That was the Equal Protection argument. With respect to Due Process, Judge Garcia noted that all the plaintiffs want to do is exercise their right to choose whom to marry. They are not, as the State of Texas argued, trying to create a "new" right to "get gay married." Marriage is marriage, as our friend Brian Chelcun argued here before. We want to marry and marriage is a fundamental right that the state cannot fiddle with without a good reason. As discussed, there are no good reasons for marriage discrimination against gays.

The court also addressed Texas's refusal to recognize same-sex marriages performed out of state. That rule also failed to pass constitutional muster for roughly the same reasons.

***

Follow me on Twitter: @ariezrawaldman

Ari Ezra Waldman is a professor of law and the Director of the Institute for Information Law and Policy at New York Law School and is concurrently getting his PhD at Columbia University in New York City. He is a 2002 graduate of Harvard College and a 2005 graduate of Harvard Law School. Ari writes weekly posts on law and various LGBT issues.

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Comments

  1. great summary, thanks aew.

    those exploding sounds you hear? just the heads of the radical right wing nut jobs who support bigotry, hiding behind their religianity - the veil has dropped in texas. rush will need to start broadcasting around the clock now.

    Posted by: northalabama | Feb 26, 2014 5:49:41 PM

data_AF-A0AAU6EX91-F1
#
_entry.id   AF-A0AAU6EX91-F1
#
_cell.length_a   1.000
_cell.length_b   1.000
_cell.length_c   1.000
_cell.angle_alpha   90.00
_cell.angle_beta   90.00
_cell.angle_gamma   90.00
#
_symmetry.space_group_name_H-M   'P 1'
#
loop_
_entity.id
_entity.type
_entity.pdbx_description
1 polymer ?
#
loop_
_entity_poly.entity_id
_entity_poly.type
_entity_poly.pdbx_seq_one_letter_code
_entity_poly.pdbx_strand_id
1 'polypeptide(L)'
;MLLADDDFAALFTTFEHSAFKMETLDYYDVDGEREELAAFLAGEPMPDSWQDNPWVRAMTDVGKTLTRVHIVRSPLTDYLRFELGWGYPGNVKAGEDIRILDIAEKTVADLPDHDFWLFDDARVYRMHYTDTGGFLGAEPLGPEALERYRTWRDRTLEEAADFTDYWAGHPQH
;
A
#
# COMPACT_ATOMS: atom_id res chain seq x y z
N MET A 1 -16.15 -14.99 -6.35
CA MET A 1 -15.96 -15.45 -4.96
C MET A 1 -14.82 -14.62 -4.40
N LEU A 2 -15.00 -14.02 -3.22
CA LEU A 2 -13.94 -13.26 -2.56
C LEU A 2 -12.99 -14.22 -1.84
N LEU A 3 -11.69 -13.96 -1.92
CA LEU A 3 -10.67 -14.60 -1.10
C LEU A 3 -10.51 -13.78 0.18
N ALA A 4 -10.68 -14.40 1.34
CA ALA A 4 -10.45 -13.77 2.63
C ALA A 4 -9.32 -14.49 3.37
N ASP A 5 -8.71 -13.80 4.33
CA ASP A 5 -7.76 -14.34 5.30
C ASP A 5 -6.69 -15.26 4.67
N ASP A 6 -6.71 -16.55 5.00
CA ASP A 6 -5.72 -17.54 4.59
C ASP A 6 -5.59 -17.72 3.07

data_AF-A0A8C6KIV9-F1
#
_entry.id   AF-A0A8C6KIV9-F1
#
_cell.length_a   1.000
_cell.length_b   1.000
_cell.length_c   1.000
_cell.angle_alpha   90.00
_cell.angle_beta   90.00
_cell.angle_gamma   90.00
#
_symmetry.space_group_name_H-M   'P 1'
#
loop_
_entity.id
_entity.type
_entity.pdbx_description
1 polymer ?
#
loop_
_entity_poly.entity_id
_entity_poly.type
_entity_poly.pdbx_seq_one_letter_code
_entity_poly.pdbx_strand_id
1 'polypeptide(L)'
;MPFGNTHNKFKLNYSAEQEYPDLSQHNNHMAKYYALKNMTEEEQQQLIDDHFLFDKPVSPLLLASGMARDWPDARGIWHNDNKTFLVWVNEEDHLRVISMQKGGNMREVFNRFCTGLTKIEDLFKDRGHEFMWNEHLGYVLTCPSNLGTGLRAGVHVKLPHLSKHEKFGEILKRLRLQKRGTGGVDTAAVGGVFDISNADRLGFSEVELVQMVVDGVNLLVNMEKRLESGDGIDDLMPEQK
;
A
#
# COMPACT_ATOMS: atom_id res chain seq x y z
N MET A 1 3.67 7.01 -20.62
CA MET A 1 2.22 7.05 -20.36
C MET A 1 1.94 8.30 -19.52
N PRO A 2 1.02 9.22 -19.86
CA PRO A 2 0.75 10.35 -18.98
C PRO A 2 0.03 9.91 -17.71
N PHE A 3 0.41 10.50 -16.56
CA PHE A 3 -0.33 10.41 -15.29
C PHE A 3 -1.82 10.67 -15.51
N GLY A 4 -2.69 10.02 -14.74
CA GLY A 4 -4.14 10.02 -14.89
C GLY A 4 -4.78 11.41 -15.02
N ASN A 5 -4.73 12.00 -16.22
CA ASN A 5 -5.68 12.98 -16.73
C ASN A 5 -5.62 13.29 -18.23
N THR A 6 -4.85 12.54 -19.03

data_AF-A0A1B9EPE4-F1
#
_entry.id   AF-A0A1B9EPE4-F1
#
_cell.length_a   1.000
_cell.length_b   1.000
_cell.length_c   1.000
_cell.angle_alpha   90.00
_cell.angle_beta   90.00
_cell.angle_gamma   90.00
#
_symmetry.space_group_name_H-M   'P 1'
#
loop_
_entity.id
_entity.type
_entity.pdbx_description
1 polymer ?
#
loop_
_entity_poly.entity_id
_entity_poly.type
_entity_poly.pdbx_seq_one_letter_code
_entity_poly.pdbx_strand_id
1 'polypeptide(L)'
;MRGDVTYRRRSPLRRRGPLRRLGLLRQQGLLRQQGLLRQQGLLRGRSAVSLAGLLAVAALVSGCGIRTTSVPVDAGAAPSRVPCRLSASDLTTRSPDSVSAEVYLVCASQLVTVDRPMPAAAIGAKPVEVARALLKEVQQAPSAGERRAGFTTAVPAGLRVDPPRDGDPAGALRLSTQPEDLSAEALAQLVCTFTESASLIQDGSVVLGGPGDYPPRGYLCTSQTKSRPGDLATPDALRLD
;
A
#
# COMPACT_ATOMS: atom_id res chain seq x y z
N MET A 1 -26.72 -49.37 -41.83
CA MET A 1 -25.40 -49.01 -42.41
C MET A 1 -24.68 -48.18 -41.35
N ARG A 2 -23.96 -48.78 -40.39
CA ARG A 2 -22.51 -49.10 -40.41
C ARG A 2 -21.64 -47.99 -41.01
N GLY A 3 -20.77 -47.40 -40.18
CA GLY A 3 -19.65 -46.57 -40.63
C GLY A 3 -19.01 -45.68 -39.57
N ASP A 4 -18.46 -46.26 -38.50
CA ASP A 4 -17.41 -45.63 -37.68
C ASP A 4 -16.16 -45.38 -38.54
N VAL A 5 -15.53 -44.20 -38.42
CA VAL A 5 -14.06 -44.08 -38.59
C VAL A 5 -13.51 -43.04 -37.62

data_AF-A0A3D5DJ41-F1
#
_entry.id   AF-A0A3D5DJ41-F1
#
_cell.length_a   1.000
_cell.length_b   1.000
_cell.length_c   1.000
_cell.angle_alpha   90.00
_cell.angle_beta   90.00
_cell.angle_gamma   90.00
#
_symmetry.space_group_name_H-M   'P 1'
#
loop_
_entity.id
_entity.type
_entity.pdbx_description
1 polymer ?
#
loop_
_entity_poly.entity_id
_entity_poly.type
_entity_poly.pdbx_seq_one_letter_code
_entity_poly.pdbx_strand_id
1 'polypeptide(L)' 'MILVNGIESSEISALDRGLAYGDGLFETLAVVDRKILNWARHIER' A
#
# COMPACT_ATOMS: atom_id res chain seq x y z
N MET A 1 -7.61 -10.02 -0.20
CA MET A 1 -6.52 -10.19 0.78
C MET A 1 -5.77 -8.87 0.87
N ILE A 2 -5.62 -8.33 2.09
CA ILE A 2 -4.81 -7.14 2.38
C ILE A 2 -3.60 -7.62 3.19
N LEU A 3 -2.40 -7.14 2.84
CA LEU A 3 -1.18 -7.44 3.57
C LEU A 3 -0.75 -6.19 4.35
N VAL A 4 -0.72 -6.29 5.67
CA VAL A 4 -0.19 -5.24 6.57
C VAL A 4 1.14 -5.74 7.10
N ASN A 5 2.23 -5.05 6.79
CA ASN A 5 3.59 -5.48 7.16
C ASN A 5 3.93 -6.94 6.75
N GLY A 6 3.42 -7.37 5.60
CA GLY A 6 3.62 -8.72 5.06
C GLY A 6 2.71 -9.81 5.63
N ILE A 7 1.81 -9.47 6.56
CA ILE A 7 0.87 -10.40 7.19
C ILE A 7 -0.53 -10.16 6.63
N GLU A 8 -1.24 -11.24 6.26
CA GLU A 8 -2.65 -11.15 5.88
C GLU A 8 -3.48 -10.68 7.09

2. And the party begins in Texas! As it should!

    Posted by: RexT | Feb 26, 2014 6:06:18 PM


  3. Thank you for the analysis, Ari. . .most appreciated. I've noticed here in California since equality in marriage was achieved (hopefully forever!) that even the most hateful of the hate-mongerers who proudly ran around with Prop 8 Support signs can find a single negative example of marriage equality redefining their marriages or harming heterosexual couples in any way. Straight couples were still getting married on Valentine's Day at City Hall in large numbers, and doing so right alongside gay and lesbian couples. No one batted an eye, looked askance or askew, or didn't wish a newly wedded couple well as they passed by.

    All that anger, hate, and angst just seems to have evaporated (or is so well hidden that we may never see it overtly expressed again as we did in the weeks before Prop 8 passed).

    Anyone else noticing this trend as marriage equality spreads across the states that have adopted it, and those who are still being battled but appear to be won by the pro-equality side of the debate?